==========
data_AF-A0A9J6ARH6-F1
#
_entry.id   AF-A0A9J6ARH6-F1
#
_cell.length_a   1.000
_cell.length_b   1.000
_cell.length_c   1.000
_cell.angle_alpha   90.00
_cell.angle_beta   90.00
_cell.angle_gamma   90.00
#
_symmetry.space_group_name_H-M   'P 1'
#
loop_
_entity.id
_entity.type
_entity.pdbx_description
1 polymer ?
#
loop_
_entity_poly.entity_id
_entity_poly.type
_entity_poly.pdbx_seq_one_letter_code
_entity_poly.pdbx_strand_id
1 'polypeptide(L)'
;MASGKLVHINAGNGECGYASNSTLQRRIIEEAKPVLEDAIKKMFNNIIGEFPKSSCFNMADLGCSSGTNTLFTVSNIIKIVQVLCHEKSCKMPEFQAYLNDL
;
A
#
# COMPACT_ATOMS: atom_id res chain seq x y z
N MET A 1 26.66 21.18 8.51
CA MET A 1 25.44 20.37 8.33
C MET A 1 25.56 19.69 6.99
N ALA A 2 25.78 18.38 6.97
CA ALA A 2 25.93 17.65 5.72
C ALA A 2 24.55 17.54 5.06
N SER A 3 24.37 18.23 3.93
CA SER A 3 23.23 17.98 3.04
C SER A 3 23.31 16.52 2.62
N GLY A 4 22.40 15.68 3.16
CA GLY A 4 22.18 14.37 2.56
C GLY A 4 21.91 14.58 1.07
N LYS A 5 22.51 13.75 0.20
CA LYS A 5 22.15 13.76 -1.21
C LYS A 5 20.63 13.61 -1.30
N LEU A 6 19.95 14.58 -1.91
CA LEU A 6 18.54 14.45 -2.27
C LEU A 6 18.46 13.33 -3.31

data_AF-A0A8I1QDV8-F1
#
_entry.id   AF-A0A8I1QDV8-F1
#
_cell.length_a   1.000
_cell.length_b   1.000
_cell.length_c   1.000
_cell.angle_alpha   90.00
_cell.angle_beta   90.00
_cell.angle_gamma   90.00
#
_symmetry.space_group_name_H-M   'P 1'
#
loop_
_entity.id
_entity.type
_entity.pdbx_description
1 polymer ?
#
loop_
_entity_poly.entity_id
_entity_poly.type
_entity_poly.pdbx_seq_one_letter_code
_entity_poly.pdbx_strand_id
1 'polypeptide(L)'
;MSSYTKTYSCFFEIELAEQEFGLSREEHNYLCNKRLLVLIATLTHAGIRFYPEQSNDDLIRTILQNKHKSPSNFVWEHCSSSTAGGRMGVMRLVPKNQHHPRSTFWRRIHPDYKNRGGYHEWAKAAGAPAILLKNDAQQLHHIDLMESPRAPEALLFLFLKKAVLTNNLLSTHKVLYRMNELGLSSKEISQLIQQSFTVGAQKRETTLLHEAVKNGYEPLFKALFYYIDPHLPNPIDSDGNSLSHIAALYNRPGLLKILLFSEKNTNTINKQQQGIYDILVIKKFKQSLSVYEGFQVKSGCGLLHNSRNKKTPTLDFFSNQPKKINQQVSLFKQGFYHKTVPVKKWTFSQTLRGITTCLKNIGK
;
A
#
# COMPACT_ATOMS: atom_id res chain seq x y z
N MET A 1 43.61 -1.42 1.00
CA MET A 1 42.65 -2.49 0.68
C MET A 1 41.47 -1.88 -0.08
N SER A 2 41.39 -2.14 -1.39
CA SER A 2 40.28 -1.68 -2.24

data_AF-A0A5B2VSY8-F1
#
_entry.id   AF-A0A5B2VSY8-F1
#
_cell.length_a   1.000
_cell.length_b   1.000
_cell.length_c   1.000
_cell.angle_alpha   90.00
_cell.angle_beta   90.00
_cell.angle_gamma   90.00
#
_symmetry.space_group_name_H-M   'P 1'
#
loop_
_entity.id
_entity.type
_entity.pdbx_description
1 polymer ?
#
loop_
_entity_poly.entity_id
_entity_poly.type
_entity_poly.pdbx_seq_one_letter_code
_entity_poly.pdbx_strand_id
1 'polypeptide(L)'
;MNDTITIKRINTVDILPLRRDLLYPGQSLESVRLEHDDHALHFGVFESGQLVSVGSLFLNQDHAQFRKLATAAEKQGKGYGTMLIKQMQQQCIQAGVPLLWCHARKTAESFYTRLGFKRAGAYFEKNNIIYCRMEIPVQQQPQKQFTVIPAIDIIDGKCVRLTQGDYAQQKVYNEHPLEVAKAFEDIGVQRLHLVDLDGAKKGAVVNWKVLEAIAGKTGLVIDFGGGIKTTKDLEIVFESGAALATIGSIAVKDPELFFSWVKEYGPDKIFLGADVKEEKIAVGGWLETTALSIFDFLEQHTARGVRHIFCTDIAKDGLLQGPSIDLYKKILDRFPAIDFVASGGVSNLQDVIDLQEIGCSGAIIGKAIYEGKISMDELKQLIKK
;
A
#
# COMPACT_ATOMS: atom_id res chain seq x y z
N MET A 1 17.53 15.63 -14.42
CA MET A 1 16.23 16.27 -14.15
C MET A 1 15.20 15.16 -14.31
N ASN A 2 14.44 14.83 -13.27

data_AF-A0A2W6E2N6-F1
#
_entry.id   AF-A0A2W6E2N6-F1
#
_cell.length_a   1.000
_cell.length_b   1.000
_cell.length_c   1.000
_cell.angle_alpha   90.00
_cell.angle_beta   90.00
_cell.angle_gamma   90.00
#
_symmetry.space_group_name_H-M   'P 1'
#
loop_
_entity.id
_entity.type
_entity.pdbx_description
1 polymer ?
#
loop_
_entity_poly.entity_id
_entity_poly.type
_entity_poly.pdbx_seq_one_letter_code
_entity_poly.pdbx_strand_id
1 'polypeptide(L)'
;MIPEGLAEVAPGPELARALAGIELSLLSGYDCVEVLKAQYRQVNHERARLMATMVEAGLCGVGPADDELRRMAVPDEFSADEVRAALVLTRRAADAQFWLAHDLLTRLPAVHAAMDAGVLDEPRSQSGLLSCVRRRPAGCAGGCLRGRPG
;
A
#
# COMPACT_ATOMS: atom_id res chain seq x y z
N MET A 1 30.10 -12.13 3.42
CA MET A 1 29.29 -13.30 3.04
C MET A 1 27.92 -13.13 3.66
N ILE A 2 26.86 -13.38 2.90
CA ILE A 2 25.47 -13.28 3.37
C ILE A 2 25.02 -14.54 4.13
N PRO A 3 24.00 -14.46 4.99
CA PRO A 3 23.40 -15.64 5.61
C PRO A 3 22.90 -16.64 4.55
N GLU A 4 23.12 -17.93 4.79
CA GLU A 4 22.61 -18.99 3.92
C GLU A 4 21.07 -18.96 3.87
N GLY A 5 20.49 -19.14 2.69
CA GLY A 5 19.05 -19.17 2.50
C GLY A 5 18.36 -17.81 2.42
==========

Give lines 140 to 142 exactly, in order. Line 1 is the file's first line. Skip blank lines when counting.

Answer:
_entity_poly.pdbx_seq_one_letter_code
_entity_poly.pdbx_strand_id
1 'polypeptide(L)'